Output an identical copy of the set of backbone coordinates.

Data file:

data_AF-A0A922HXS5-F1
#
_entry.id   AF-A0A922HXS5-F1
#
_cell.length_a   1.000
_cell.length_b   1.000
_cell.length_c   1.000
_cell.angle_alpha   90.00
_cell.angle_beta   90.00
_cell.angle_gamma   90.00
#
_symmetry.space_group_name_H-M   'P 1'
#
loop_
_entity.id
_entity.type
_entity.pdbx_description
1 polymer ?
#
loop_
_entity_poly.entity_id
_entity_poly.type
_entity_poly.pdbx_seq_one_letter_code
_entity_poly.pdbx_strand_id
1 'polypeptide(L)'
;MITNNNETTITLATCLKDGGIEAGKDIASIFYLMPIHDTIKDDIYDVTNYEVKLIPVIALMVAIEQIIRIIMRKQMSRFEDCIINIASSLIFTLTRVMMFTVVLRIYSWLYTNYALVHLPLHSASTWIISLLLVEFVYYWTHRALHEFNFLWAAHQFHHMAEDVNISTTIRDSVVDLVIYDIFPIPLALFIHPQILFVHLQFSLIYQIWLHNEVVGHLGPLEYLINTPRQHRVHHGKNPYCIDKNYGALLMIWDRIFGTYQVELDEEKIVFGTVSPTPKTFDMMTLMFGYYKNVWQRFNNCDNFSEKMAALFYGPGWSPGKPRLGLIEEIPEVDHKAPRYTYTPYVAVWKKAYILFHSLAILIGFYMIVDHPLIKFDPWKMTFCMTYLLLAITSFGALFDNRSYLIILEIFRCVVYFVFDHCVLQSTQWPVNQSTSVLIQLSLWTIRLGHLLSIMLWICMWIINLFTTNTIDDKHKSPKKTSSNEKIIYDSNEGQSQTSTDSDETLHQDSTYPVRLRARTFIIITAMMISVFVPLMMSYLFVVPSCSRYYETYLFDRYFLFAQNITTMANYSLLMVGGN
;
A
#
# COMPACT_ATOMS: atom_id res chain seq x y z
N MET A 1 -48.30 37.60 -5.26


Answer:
data_AF-A0A922HXS5-F1
#
_entry.id   AF-A0A922HXS5-F1
#
_cell.length_a   1.000
_cell.length_b   1.000
_cell.length_c   1.000
_cell.angle_alpha   90.00
_cell.angle_beta   90.00
_cell.angle_gamma   90.00
#
_symmetry.space_group_name_H-M   'P 1'
#
loop_
_entity.id
_entity.type
_entity.pdbx_description
1 polymer ?
#
loop_
_entity_poly.entity_id
_entity_poly.type
_entity_poly.pdbx_seq_one_letter_code
_entity_poly.pdbx_strand_id
1 'polypeptide(L)'
;MITNNNETTITLATCLKDGGIEAGKDIASIFYLMPIHDTIKDDIYDVTNYEVKLIPVIALMVAIEQIIRIIMRKQMSRFEDCIINIASSLIFTLTRVMMFTVVLRIYSWLYTNYALVHLPLHSASTWIISLLLVEFVYYWTHRALHEFNFLWAAHQFHHMAEDVNISTTIRDSVVDLVIYDIFPIPLALFIHPQILFVHLQFSLIYQIWLHNEVVGHLGPLEYLINTPRQHRVHHGKNPYCIDKNYGALLMIWDRIFGTYQVELDEEKIVFGTVSPTPKTFDMMTLMFGYYKNVWQRFNNCDNFSEKMAALFYGPGWSPGKPRLGLIEEIPEVDHKAPRYTYTPYVAVWKKAYILFHSLAILIGFYMIVDHPLIKFDPWKMTFCMTYLLLAITSFGALFDNRSYLIILEIFRCVVYFVFDHCVLQSTQWPVNQSTSVLIQLSLWTIRLGHLLSIMLWICMWIINLFTTNTIDDKHKSPKKTSSNEKIIYDSNEGQSQTSTDSDETLHQDSTYPVRLRARTFIIITAMMISVFVPLMMSYLFVVPSCSRYYETYLFDRYFLFAQNITTMANYSLLMVGGN
;
A
#
# COMPACT_ATOMS: atom_id res chain seq x y z
N MET A 1 -48.30 37.60 -5.26